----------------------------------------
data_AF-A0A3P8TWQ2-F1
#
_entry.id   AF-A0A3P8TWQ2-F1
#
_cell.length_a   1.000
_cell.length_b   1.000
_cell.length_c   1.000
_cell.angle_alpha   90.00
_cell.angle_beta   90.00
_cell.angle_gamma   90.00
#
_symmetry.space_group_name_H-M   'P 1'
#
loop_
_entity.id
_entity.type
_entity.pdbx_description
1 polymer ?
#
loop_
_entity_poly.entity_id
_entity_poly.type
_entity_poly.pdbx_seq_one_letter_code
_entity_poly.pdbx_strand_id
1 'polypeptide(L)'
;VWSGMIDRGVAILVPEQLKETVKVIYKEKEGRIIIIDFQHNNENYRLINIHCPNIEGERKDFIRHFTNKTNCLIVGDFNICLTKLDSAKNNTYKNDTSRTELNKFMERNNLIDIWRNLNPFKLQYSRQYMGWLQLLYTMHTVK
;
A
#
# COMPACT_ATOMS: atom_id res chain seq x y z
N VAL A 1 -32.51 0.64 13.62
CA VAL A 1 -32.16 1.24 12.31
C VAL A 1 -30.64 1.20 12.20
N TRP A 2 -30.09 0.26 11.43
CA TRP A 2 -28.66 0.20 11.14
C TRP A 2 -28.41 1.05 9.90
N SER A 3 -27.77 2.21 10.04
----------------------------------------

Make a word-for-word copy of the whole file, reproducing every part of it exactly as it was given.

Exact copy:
data_AF-A0A3P8TWQ2-F1
#
_entry.id   AF-A0A3P8TWQ2-F1
#
_cell.length_a   1.000
_cell.length_b   1.000
_cell.length_c   1.000
_cell.angle_alpha   90.00
_cell.angle_beta   90.00
_cell.angle_gamma   90.00
#
_symmetry.space_group_name_H-M   'P 1'
#
loop_
_entity.id
_entity.type
_entity.pdbx_description
1 polymer ?
#
loop_
_entity_poly.entity_id
_entity_poly.type
_entity_poly.pdbx_seq_one_letter_code
_entity_poly.pdbx_strand_id
1 'polypeptide(L)'
;VWSGMIDRGVAILVPEQLKETVKVIYKEKEGRIIIIDFQHNNENYRLINIHCPNIEGERKDFIRHFTNKTNCLIVGDFNICLTKLDSAKNNTYKNDTSRTELNKFMERNNLIDIWRNLNPFKLQYSRQYMGWLQLLYTMHTVK
;
A
#
# COMPACT_ATOMS: atom_id res chain seq x y z
N VAL A 1 -32.51 0.64 13.62
CA VAL A 1 -32.16 1.24 12.31
C VAL A 1 -30.64 1.20 12.20
N TRP A 2 -30.09 0.26 11.43
CA TRP A 2 -28.66 0.20 11.14
C TRP A 2 -28.41 1.05 9.90
N SER A 3 -27.77 2.21 10.04